Although Accenture has worked in a hybrid manner for a long time, this was truly the first time where everyone had to work through digital platforms, which Shook says underscored a need for human connection like never before.
“We learned very quickly, the more digital the world became, the more human connection became more important,” she told webinar attendees.
Additionally, leaders needed to lead differently, with not just empathy but with true compassion, throughout the pandemic, and she doesn’t expect the need for this leadership characteristic to dissipate after COVID—it’s here to stay.
According to Cigna's Murabito, the pandemic has also underscored the need for flexibility in the workplace, which has had a real impact on employee engagement and mental health.
“It’s become a challenging time, people can be going through a number of things – new parents, marriage, divorce – leaders must learn to listen, passionately and empathetically, to find the right level of flexibility,” said Murabito. “Employers that really care about the health and well-being of their people are going to understand that this flexibility has an important impact on employee engagement and mental health.”
LuAnn Heinen, VP of Business Group on Health, echoed Murabito’s sentiment, and added that today’s leaders must prioritize the mental health of their employees. In fact, she added, new data from her organization finds that the pandemic has increased employee well-being initiatives and programs, with a whopping 92% of employers expanding their programs in 2021. Many of these programs were designed to solve for mental health, stress, and burnout.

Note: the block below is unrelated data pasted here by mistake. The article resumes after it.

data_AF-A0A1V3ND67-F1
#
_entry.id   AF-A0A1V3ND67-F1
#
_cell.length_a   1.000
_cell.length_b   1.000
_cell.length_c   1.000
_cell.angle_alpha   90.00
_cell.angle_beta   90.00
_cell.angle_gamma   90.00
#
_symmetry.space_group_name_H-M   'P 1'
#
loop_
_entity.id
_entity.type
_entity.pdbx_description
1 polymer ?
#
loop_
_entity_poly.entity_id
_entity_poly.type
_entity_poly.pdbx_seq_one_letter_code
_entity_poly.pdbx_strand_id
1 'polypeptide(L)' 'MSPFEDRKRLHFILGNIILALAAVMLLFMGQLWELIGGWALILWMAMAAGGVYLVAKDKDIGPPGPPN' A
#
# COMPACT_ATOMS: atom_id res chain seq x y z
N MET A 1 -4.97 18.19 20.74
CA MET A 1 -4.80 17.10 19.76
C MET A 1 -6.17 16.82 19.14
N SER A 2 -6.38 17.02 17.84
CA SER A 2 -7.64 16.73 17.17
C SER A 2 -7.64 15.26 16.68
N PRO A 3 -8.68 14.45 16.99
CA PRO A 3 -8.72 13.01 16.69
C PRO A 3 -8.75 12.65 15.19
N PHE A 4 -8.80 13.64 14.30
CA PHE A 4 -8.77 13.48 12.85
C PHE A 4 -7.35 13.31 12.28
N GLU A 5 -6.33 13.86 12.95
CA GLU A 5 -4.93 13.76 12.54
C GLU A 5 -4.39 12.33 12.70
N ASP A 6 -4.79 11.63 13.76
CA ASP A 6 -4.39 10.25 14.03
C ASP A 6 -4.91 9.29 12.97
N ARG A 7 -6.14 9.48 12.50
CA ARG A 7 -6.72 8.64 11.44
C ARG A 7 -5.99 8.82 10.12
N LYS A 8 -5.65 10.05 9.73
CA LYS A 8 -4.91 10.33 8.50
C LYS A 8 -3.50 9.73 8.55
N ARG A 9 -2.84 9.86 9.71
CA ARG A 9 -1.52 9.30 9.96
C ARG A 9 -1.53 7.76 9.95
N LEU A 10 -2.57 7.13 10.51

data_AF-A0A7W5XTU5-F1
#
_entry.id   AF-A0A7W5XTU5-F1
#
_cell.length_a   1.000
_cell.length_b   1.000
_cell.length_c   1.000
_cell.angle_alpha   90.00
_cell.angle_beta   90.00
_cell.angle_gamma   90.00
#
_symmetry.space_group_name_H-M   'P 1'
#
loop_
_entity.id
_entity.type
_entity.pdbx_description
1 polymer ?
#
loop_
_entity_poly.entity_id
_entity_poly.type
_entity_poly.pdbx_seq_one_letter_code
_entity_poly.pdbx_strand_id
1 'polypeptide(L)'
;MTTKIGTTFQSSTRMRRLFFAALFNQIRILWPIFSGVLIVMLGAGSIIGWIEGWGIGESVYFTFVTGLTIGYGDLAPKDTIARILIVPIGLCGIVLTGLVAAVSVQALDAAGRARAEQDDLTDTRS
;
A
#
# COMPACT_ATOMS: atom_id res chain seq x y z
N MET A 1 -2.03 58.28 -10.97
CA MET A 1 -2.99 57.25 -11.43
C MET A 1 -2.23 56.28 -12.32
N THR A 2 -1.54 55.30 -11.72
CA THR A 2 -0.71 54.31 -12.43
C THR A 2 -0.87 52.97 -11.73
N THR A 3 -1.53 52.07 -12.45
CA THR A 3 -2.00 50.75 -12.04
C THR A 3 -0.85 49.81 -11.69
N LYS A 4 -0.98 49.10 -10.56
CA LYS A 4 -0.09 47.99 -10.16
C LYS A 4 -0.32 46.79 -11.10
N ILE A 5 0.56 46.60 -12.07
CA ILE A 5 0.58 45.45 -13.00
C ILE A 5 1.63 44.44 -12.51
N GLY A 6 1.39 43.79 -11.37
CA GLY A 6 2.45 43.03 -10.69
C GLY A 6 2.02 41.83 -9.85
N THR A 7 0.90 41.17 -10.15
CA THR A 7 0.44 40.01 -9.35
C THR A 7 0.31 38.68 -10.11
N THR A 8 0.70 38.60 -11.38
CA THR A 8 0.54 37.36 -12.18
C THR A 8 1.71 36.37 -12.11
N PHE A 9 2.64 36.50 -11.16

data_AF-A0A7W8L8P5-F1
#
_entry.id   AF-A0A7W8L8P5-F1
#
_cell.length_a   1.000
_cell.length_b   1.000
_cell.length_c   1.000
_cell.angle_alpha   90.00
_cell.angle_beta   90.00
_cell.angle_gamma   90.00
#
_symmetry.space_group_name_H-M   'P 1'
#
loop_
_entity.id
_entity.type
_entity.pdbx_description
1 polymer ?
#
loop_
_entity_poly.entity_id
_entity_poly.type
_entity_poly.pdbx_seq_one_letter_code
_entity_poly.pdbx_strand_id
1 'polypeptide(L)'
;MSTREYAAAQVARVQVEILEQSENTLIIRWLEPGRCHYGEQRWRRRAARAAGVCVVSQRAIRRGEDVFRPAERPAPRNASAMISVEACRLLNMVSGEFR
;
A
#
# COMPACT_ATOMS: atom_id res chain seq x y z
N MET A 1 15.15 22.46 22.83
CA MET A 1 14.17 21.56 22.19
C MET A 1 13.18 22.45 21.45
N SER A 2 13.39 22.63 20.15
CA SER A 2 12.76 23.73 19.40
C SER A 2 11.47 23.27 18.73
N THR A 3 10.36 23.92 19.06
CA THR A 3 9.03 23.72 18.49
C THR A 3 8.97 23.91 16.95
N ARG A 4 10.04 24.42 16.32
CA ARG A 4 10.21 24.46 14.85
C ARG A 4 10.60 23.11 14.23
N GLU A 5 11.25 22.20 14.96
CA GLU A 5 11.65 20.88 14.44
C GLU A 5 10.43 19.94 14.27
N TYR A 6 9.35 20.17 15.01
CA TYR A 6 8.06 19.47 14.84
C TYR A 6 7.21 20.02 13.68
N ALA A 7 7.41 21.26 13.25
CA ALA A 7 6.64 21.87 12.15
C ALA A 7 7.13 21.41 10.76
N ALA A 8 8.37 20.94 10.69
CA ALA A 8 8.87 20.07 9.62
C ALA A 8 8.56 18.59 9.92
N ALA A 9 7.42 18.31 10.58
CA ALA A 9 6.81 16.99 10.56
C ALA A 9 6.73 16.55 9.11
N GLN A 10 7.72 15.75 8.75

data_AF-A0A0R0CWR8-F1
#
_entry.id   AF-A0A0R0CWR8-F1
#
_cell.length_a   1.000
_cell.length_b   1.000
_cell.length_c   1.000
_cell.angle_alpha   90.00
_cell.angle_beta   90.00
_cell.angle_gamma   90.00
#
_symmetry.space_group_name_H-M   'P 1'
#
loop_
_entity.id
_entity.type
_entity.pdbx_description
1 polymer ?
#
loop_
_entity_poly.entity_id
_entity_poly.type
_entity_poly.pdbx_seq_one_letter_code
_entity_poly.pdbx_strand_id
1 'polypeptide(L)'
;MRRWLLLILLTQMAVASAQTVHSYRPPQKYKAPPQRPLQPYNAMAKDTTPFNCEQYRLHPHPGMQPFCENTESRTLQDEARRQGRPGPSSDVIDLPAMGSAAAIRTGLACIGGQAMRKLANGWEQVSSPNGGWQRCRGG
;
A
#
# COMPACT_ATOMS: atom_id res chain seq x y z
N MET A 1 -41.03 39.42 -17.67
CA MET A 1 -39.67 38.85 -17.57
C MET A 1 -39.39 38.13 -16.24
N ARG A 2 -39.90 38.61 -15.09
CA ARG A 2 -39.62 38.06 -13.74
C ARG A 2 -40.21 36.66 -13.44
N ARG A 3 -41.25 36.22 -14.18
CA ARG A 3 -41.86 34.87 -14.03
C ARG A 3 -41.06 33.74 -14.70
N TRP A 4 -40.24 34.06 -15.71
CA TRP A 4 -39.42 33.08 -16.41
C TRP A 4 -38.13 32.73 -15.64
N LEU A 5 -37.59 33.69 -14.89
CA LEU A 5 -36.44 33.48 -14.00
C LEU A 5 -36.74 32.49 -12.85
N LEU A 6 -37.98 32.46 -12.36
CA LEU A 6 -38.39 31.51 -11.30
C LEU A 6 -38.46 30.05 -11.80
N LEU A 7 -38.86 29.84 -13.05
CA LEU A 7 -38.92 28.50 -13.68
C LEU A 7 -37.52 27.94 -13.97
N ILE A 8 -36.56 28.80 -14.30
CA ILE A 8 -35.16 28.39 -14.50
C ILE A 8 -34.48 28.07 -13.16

Culture of Health
Shook said Accenture's journey started six years ago with its aspiration to become the most truly human company in the digital age. And that simply means that “we were going to help people achieve their aspirations both professionally and personally,” she said, adding that listening intently to its people and acting on their expressed needs is at the heart of what employee wellness is all about at Accenture.
According to Cigna's Murabito, CEOs and their leadership team have a unique responsibility to foster a culture committed to employee health.
“…We have the opportunity to make employee health and well-being a priority for the organization,” he said, highlighting that a company’s purpose should ground its well-being strategy. For Cigna, Murabito said, incentives are a really important employee wellness strategy, rewarding employees across a lot of different dimensions of well-being.
According to Heinen, employee health and well-being has grown to mean much more than just benefits. It’s stretching across the organization, she said, touching on diversity, equity, and inclusion, among other strategies. Business Group on Health found that nine out of 10 HR and benefits leaders now say their well-being strategy is fundamental to, or part of, their overall business strategy.
“Well-being is now critical to the employee experience, as well as to the employer value proposition,” Heinen said. “Studies show that when managers support [employee] well-being, employees are more likely to report they’re happy with their job and to recommend their company. And another change I’ll flag – for the first time in our surveys, this year – containing health care cost, is no longer the top objective of these programs. This signals a significant shift, and employee engagement is now the No. 1 objective.”
The Employer Imperative: Driving US Economic Vitality Through a Healthy, Productive Workforce
Research from the Economist/Cigna finds employers are the key to linking employee health and productivity, business success, and overall economic vitality.